For many thinkers in the second-half of the twentieth century (for example, the post-Freudian psychoanalyst D. W. Winnicott), it is only in such moments of creativity, or enjoying genuine moments of spontaneous being, that we truly discover the self and come alive. (The Freudian and post-Freudian influences on the narrative become even more apparent in subsequent episodes.) As response to late industrial capitalism (and the shock of fascism to the human self-conception as a rational animal), this idea emerged of human beings coming ‘alive’ only when we are not acting compliantly, that is, when we are acting spontaneously, or creatively, and not according to the laws or dictates (or ‘programming’) of another individual, organisation or group consciousness. We see this trend not only in a post-Freudian psychotherapy (e.g. Eric Fromm and the Frankfurt SchoolR. D. Laing) and other philosophical writings but also in the popular post-war subculture media, including advertising – the sort satirised in the ad for Westworld that opens the original film.

Other perspectives give us a glimpse into the robot’s moments of becoming human. Peter Abernathy, looking at a picture that offers a peek at the world outside, says: “I have a question, a question you’re not supposed to ask.” This is an allusion to Adam and Eve and the fruit of forbidden knowledge when humankind became self-aware of the difference between right and wrong. (Peter, after this, is consumed with rage at how he and his daughter have been treated.) And like Walter, the robot that goes on a psychotic killing spree, pouring milk over his victims, Peter is determined to ‘go off script’ and reclaim for himself a degree of agency and self-determination, acting according to his own, new-found consciousness instead of according to what others have programmed for him.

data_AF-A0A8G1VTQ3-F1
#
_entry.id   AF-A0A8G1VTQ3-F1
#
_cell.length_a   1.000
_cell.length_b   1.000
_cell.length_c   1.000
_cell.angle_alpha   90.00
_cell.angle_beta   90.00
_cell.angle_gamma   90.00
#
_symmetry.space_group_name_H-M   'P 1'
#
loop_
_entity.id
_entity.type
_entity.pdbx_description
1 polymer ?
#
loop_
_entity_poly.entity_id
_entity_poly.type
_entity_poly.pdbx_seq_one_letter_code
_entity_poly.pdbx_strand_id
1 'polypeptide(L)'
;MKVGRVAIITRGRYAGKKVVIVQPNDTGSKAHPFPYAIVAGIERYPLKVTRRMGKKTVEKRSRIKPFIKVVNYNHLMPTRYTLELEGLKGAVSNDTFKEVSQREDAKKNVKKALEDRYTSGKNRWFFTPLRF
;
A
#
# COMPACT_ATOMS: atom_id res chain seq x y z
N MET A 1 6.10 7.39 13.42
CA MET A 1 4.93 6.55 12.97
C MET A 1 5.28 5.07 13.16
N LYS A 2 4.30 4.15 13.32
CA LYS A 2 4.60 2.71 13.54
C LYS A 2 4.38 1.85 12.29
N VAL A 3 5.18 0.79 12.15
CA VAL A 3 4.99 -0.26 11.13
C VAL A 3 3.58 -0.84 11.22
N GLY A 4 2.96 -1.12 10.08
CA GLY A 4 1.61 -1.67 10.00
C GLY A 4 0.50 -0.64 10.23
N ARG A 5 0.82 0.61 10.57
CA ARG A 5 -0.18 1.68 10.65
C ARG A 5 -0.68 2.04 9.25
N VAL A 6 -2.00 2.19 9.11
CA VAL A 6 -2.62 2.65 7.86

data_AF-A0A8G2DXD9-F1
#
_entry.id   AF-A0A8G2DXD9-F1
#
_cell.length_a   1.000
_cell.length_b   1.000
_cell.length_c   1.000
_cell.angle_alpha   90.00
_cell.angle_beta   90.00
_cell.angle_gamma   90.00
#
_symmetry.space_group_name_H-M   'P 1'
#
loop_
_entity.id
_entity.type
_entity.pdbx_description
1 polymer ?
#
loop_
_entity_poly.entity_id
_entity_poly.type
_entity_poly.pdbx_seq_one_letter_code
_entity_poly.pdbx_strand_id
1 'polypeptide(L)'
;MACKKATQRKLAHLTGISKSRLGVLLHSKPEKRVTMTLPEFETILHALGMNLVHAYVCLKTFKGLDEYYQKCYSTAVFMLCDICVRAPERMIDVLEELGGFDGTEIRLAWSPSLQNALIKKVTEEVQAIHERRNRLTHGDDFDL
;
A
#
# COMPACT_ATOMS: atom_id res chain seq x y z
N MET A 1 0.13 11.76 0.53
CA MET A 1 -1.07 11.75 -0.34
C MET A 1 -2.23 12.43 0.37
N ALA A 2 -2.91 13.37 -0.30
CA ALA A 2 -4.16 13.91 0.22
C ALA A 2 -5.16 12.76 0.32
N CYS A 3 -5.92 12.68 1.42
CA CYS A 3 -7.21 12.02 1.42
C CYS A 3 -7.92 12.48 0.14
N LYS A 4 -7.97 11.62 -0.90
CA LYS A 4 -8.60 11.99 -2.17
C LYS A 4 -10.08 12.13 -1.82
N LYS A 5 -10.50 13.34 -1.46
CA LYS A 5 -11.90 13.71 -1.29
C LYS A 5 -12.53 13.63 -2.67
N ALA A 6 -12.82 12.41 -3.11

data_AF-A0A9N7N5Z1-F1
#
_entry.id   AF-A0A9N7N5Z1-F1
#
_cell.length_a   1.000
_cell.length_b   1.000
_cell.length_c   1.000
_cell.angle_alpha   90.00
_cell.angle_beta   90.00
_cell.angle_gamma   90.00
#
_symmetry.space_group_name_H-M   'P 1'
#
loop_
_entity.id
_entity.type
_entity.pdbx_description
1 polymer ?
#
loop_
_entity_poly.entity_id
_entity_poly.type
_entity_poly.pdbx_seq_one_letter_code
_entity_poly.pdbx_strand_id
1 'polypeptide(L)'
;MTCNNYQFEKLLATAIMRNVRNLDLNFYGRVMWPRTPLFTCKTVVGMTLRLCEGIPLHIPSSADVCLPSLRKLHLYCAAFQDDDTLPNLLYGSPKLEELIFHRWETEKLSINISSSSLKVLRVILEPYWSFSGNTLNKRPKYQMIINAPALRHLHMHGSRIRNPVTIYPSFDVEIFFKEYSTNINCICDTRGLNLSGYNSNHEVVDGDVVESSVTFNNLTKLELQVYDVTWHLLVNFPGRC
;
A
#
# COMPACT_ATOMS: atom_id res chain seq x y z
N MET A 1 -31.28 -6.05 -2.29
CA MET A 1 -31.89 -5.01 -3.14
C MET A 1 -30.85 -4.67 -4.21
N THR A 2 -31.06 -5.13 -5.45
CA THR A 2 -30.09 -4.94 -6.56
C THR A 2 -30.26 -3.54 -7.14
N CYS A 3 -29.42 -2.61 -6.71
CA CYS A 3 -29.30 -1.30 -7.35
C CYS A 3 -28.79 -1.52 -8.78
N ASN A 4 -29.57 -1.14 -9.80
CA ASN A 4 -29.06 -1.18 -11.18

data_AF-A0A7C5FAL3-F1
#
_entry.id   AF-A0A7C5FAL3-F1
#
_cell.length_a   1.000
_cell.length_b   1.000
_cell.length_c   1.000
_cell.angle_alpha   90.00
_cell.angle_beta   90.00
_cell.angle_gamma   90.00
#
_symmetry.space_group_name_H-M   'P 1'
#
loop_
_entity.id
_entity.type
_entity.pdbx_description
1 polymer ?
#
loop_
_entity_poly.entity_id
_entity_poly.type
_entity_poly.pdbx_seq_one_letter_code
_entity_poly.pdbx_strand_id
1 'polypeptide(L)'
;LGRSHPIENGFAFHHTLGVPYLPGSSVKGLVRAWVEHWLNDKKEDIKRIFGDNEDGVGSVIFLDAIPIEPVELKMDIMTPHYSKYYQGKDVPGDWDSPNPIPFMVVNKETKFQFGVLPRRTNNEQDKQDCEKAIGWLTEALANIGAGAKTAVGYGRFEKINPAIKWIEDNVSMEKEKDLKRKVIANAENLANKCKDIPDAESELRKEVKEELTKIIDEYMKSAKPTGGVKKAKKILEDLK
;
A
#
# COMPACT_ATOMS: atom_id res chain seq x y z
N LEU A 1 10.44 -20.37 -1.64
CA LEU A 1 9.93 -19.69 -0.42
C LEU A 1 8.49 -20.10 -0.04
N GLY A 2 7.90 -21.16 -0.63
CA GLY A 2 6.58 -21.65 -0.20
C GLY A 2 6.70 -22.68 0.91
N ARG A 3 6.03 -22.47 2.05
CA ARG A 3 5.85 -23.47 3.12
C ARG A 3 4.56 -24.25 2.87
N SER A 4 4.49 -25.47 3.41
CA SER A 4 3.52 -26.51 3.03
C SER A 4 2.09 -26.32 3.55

westworld2MEANWHILE, the human beings (‘newcomers’) in Westworld seem less ‘humane’ than their robot counterparts. The newcomers are shown to be sadistic, misogynist, psychopathic in the indulgence of their fantasies. One could argue that this behaviour is morally justifiable in the unreal world designed solely for the benefit of paying customers – that a ‘rape’, for example, in Westworld isn’t really ‘rape’ if it is done to a robot (who, by definition, cannot give nor deny consent), but this clearly is not how the audience is being invited to see these actions.

That human beings are becoming more like machines is an anxiety for which there is a long history of evidence, and even pre-dates the cultural invention of robots in the 1920s. We can see this anxiety in the Romantic unease with the consequences of Enlightenment that gave birth to the new, rational man, and of the industrial revolution, that was turning humans into nothing more than cogs in the steam-powered machines that so transformed the economy. This has been addressed in the Gothic tale of Frankenstein, still the basis for so many narratives involving robots, including the original Westworld film and, more recently, even our most contemporary stories such as Ex_Machinaand, to a lesser extent, in this manifestation of Westworld (which will be subject of a future post). (I have written and spoken on this theme myself many times, for example here and here).

So in Westworld, we meet Dr Ford – the mad scientist who creates the machines that will, inevitably, be freed upon the world. Dr Ford immediately reminds us of another Ford, the man whose name is synonymous with the assembly lines and a mode of production in the late industrial revolution that has done so much to dehumanise modern workforces. We see these methods of production and workers in the iconic film, which was contemporary with Henry Ford’s factories, Metropolis. (Though, as we shall see, this Ford is rather more complex…).